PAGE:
If you’re looking for a job, your resume is a potential employer’s first introduction to you, the first piece of the hiring puzzle that needs to make a good impression. You want to grab their attention and have them read the whole thing, which can be tricky to do. While there’s plenty you can do to make sure your resume comes across in an attractive and concise manner, there are also certain things you shouldn’t do.

Sure, you know to check for spelling errors and make sure you didn’t cut and paste with a different font, and we know you already know you shouldn’t use an AOL email address, but we rounded up just a few more things you should avoid.

Miriam Salpeter is the owner and founder of Keppie Careers, a coaching and consulting firm that helps job seekers and entrepreneurs achieve their goals. Here, Miriam shares her top 5 tips of what not to do on a resume.

1. Don't LIE

Never lie on a resume. You may get the job, but you'll always be "looking over your shoulder." All it takes is a new HR director or an audit, and your lies will come back to haunt you. Don't lie about past employers. If you didn't work there, don't say you did. (Also, be sure your LinkedIn profile is consistent with your resume, or it will raise red flags.)

Don't lie by omission. Listing a place you went to college, assuming people will think you graduated, is not wise. And while you may choose to leave a short-term employer off your resume, don't list anything intended to deceive someone on your materials. (Don't be surprised if a detailed employer finds out about everywhere you have ever worked!)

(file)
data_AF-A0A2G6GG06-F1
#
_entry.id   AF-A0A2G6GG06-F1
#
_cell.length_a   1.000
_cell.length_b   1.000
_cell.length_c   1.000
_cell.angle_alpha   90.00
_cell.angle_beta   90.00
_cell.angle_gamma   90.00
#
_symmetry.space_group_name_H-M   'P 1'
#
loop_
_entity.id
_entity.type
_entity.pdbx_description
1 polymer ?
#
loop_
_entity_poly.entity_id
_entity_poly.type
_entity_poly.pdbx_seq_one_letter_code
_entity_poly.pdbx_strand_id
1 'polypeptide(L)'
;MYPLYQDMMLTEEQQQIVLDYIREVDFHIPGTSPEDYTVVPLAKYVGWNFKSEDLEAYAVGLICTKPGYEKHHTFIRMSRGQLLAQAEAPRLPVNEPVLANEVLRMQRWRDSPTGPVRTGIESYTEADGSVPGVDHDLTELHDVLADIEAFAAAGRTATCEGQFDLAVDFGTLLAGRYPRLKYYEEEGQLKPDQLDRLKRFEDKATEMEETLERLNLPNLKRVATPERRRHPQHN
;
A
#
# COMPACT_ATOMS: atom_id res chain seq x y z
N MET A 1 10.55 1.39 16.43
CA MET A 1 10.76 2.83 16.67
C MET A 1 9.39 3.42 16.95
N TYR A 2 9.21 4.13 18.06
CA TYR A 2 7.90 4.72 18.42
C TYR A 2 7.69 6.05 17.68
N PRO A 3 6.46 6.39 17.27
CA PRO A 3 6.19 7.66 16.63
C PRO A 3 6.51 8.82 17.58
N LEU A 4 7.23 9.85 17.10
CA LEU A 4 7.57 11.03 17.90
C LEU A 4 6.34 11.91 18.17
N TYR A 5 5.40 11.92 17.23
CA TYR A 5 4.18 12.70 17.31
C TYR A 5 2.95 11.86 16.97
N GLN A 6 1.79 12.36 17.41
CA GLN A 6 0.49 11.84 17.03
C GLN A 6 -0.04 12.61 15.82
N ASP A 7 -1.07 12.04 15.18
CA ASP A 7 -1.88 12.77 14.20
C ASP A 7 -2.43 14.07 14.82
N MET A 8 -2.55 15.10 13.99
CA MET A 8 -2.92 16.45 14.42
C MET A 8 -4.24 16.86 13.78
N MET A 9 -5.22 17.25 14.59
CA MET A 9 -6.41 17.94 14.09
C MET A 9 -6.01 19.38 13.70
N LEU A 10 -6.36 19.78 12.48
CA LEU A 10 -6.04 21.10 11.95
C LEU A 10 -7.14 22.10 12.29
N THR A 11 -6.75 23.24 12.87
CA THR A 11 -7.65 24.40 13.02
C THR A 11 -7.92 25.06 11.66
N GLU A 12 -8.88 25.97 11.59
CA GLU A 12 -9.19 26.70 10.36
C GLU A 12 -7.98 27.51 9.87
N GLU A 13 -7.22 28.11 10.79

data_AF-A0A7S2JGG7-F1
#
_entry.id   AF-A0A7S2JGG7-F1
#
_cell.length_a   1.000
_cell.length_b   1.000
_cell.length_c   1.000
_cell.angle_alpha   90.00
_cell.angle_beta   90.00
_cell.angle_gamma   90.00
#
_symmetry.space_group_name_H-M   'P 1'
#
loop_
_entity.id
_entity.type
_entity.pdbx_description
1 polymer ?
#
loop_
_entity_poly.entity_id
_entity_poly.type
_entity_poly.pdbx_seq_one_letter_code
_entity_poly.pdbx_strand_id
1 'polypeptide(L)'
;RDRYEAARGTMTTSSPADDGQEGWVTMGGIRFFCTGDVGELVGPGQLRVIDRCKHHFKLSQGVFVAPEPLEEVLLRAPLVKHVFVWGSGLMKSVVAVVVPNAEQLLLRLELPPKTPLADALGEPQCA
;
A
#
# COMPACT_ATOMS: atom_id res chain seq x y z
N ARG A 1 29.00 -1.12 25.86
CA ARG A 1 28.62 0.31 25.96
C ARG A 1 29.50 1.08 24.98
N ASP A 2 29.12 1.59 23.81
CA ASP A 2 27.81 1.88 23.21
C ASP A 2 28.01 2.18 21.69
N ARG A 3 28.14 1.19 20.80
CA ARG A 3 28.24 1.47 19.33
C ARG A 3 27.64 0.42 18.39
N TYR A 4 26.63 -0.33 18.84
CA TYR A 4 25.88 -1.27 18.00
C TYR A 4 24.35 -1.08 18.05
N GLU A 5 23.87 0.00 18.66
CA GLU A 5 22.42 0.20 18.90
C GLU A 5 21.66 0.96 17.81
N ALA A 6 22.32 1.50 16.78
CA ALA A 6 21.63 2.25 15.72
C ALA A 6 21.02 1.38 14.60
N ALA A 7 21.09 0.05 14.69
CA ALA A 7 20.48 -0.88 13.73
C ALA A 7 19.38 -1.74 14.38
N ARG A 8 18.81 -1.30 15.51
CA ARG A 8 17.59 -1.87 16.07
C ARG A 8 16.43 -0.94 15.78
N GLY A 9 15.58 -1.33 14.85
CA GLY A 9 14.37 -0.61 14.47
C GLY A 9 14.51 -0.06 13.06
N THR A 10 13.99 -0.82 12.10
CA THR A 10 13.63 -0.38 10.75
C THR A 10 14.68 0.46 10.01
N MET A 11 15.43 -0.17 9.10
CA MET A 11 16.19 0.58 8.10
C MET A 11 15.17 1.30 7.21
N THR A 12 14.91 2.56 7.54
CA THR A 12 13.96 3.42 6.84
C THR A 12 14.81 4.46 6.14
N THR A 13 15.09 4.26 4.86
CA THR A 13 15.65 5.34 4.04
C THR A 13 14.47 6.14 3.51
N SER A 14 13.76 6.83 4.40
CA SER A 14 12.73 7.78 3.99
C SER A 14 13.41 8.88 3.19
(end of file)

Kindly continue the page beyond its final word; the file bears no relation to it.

Do not embellish. Use official titles, not something you made up, and don't say you accomplished anything you did not.

2. Don't be generic

Don't generalize on a resume. Employers want to see know exactly what you did and assume you'll be able to do that for them, too. Specify skills and accomplishments on your resume.

3. Don't assume

If you don't state your skills and outline your accomplishments, do not assume anyone reading your resume is going to fill in the blanks and give you credit for things you do not say. Most of the time, a computer (applicant tracking system) reviews your documents, and the ATS is not going to use its imagination.

4. Don't speak French when ordering at a Chinese restaurant

When you apply for jobs, use language the organization can understand and relate to. Do not use jargon that isn't relevant outside of a particular company. Be clear about what you can accomplish.

5. Don't make the resume all about you

This is a surprise, right? Your resume shouldn't be about you? No -- the resume should focus on the ways you are a good fit for the position. Do not spend time and valuable space emphasizing irrelevant skills or waxing eloquent about accomplishments that have nothing to do with the job of interest. Make your resume focus on the intersection between what the employer wants and what you offer.

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